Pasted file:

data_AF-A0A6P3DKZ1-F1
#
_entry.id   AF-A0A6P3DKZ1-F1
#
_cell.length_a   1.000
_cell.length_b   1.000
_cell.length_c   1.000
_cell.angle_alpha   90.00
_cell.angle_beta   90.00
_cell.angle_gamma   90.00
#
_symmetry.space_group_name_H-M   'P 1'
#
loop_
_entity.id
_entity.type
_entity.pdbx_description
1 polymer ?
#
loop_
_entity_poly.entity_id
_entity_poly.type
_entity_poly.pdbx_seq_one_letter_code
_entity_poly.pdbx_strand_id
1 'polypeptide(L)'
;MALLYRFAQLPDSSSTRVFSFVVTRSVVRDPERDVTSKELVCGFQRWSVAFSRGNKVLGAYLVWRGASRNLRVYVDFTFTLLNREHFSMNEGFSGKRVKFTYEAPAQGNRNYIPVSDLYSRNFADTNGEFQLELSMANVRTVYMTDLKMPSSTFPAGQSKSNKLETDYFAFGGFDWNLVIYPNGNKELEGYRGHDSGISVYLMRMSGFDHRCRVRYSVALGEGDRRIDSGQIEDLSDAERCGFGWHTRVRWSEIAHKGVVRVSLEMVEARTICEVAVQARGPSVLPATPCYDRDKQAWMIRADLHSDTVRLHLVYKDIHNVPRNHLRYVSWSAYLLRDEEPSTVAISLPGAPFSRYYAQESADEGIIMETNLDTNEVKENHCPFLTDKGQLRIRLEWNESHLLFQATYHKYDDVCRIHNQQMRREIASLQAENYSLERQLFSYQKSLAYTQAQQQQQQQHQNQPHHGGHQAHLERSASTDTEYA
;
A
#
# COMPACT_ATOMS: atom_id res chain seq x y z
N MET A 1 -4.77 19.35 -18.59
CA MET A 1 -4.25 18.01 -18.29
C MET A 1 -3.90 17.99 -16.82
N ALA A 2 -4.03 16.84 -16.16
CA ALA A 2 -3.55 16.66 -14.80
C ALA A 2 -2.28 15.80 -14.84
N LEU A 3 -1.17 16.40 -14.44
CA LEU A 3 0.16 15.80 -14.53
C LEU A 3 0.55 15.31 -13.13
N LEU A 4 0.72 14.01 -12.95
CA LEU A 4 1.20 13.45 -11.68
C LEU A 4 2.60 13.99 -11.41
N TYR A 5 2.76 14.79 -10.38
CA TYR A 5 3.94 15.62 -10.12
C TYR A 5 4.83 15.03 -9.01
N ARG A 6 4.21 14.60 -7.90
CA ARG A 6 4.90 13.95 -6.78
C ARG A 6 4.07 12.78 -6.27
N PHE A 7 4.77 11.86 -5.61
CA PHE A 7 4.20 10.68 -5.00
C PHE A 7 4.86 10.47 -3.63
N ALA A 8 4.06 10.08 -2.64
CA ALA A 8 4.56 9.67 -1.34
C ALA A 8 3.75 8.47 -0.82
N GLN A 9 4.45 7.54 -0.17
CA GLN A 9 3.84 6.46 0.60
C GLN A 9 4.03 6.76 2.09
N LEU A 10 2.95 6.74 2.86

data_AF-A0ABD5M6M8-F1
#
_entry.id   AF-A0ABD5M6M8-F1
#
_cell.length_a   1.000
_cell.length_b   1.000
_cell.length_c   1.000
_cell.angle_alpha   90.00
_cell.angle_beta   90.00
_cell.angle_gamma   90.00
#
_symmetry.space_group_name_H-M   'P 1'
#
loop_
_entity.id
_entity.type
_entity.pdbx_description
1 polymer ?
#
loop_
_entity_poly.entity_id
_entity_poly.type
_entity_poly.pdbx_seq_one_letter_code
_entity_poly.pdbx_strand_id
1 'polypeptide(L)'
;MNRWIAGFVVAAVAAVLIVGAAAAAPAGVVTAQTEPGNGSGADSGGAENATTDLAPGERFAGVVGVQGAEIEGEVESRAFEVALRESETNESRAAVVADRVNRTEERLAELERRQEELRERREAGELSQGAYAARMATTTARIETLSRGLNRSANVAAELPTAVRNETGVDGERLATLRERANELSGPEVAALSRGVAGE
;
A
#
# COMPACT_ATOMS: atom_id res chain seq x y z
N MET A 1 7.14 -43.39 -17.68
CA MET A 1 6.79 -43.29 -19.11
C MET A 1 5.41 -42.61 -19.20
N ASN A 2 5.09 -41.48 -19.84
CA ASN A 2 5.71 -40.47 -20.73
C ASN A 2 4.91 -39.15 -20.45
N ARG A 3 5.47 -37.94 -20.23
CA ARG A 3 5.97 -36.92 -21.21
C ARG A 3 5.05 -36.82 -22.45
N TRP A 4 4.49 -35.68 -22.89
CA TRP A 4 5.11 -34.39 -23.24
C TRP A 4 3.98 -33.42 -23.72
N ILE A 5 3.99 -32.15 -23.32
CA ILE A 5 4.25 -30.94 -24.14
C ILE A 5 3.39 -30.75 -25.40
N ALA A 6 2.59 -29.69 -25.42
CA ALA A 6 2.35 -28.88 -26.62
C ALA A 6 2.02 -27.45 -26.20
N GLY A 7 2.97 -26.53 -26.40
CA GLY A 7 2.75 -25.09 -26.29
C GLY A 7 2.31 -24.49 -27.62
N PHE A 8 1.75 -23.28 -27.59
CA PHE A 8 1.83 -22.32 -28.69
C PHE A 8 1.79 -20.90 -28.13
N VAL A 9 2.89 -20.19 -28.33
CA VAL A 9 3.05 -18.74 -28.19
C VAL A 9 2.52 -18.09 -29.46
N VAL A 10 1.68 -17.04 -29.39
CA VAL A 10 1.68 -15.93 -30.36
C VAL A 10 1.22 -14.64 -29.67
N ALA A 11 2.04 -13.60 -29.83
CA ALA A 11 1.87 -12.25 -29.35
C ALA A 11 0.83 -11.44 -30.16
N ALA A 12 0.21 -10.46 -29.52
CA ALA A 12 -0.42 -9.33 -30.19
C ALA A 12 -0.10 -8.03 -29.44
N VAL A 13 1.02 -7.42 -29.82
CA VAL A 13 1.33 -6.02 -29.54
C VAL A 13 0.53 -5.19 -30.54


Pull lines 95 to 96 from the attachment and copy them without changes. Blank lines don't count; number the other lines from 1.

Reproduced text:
N ARG A 3 5.47 -37.94 -20.23
CA ARG A 3 5.97 -36.92 -21.21